Guide to … SIPP types
10 February 2020
Greg Kingston, group communications director at Curtis Banks, looks at the different types of SIPP and the tactical and tax advantages of each.
Today self invested personal pensions (SIPPs) are more popular than ever. Helped by the introduction of pension freedoms in 2015, SIPPs are favoured as a way of allowing individuals to have greater access, control and responsibility over their pension savings. They are now being considered by a much larger group of consumers than ever before and are no longer perceived as reserved solely for those with large pension fund values.
There are many benefits attached to SIPPs, tax relief being one of them with money going into a SIPP receiving up to 45% tax relief, as is the case with all pensions, making them a very efficient tax wrapper for retirement savings.
There are a number of different SIPP options available and it is important to understand the differences between them in order to make an informed decision about which one will suit them best. Here we aim to break down the options available within each SIPP.
These SIPPs are what some might call a ‘traditional’ SIPP and would either think of commercial property, or clients who desire a complex mix of unusual investments and portfolios. Or both. These are the fully bespoke products which aim to allow as much flexibility as is allowed within the pension rules. There is certainly still a strong market for these types of SIPPs among clients who require these bespoke solutions and less common investments.
The takeaway to remember for full SIPPs is they offer the client the widest choice. They can be linked to a variety of investment partners and investment firms, with a full range of complementary investment options.
With a full SIPP, a client can invest in multiple ways at once, for example, place money with a discretionary fund manager (DFM), invest in a commercial property and hold a stockbroking account to make investments themselves.
These SIPPs are a sort of middle ground in the SIPP market. These products may not offer clients the full range of investment options found in many bespoke SIPPs, but still have flexibility built into their core. For example, these products may offer clients access to a range of discretionary accounts, with options to hold multiple accounts or switch between them without the upheaval of needing to transfer to a new product. In this way, future-proofing the pension ready for a client’s changing requirements becomes a form of flexibility in itself.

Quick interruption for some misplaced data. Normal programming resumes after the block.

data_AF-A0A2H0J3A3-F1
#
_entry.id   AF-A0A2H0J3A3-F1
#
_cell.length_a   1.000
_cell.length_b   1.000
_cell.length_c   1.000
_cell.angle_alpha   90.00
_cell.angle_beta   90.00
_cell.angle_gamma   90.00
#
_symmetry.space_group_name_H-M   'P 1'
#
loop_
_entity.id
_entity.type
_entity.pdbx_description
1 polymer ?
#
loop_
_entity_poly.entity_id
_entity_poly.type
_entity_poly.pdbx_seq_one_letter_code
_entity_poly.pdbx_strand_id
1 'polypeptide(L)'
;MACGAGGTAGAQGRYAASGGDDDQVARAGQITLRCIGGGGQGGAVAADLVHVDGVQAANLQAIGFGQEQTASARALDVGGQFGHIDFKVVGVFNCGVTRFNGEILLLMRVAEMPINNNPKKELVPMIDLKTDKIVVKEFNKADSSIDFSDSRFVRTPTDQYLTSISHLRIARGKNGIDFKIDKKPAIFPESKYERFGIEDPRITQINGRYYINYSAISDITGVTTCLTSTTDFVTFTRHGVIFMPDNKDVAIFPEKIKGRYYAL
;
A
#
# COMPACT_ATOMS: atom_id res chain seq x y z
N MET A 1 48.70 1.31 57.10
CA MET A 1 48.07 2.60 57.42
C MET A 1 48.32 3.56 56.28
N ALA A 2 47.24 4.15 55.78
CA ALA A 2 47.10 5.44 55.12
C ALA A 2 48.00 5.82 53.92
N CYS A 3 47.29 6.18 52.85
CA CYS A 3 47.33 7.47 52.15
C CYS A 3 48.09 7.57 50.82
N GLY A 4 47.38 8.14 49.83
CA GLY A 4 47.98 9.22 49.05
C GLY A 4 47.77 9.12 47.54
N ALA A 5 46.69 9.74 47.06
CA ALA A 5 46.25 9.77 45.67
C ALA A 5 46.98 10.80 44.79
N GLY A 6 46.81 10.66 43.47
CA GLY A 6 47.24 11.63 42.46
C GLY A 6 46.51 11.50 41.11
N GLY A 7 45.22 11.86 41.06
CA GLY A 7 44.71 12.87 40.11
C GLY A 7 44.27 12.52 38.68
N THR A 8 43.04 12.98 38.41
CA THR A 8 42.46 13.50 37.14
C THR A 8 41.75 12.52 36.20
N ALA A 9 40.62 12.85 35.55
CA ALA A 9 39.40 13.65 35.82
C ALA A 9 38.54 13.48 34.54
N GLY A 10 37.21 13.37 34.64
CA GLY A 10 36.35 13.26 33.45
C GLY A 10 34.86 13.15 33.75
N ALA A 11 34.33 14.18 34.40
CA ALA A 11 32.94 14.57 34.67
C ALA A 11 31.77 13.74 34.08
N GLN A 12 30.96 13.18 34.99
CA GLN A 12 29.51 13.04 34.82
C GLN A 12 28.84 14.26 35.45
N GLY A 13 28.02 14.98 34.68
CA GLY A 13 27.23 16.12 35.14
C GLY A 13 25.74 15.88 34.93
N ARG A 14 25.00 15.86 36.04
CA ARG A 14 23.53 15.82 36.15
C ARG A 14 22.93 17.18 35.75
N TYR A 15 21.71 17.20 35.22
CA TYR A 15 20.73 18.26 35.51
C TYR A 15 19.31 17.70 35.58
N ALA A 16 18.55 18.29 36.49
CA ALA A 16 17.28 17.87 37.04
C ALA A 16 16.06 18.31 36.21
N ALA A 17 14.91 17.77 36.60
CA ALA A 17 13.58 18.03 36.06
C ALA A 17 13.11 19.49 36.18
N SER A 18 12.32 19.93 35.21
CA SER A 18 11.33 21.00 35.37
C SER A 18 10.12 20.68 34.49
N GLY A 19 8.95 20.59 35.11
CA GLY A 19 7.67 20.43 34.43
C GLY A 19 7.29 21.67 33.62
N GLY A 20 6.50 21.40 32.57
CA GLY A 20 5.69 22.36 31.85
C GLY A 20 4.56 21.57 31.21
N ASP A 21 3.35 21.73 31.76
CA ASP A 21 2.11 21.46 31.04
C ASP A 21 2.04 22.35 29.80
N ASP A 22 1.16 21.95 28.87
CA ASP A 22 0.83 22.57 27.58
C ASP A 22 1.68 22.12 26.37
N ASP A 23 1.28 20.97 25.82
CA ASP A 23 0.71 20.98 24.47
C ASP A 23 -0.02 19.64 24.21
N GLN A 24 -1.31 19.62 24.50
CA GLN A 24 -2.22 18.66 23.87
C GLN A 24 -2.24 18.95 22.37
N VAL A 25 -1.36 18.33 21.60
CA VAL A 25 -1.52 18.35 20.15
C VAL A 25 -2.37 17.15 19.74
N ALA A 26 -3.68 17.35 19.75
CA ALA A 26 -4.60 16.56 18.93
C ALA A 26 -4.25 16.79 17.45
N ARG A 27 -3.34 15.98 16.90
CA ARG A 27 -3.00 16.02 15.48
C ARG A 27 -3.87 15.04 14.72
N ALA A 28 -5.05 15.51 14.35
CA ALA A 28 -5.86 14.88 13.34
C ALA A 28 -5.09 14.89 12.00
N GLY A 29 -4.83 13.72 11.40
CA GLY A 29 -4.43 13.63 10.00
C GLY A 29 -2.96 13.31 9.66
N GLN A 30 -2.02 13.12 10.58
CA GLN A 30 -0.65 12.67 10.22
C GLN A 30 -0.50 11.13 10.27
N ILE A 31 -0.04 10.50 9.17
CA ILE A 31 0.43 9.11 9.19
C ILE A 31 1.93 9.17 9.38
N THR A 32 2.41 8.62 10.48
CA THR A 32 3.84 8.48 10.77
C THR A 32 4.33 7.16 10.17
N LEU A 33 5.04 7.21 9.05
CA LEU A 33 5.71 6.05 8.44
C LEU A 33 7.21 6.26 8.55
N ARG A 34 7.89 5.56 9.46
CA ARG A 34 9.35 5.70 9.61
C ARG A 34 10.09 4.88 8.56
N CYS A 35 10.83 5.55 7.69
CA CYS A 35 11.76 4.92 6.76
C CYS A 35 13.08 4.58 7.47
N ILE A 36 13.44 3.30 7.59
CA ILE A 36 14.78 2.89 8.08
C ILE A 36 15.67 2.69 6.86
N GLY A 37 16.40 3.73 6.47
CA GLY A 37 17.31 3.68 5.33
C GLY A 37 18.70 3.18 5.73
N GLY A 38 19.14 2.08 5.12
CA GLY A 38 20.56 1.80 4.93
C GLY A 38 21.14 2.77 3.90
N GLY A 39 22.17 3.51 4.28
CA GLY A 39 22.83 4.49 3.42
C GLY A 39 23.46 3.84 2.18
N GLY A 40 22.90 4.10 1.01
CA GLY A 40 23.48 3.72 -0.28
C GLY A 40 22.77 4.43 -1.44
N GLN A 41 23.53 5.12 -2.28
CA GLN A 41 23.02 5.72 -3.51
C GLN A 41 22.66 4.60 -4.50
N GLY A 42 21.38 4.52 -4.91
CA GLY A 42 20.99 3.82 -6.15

Mid SIPPs are linked to one or more specific investment partners with whom there is a high level of integration. This means they allow a high degree of automation in recording investment transactions and reconciling accounts. In some instances, deposit accounts can be held outside the chosen investment partner, acknowledging that clients sometimes need to hold cash short term and want to get the best rate that they can for it.
These SIPPs are a more streamlined pension product and are the types of product which, in its Retirement Outcomes Review, the Financial Conduct Authority (FCA) termed ‘mass market SIPPs’. They sit at the other end of the scale to full SIPPs. eSIPPs have grown in popularity enormously since the introduction of the pension freedoms; they tend to offer much less in the way of investment flexibility, have lower average fund values than other SIPPs, and appeal primarily to those looking to access the pension freedoms. It’s probably fair to wonder if some of these products would have been marketed as SIPPs at all before the pension freedoms, when SIPPs became widely known as a type of pension which would allow you to make use of the new rules. These SIPPs are linked to a single specific investment platform, with no additional investments outside those held by the platform.
Why choose a SIPP?
The wide investment choice in SIPPs can make a significant difference to a pension whereas lots of pensions have a small range of options. How investments perform can have a large impact on the size of a pension pot and eventually quality of life in retirement. Having a SIPP lets investors save for retirement on their own terms – giving them more investment freedom and flexibility. The different types of SIPP available also mean investors can choose a product that suits their needs, whilst also having all investments in one place, making it easier for investors to see what is happening with their money.
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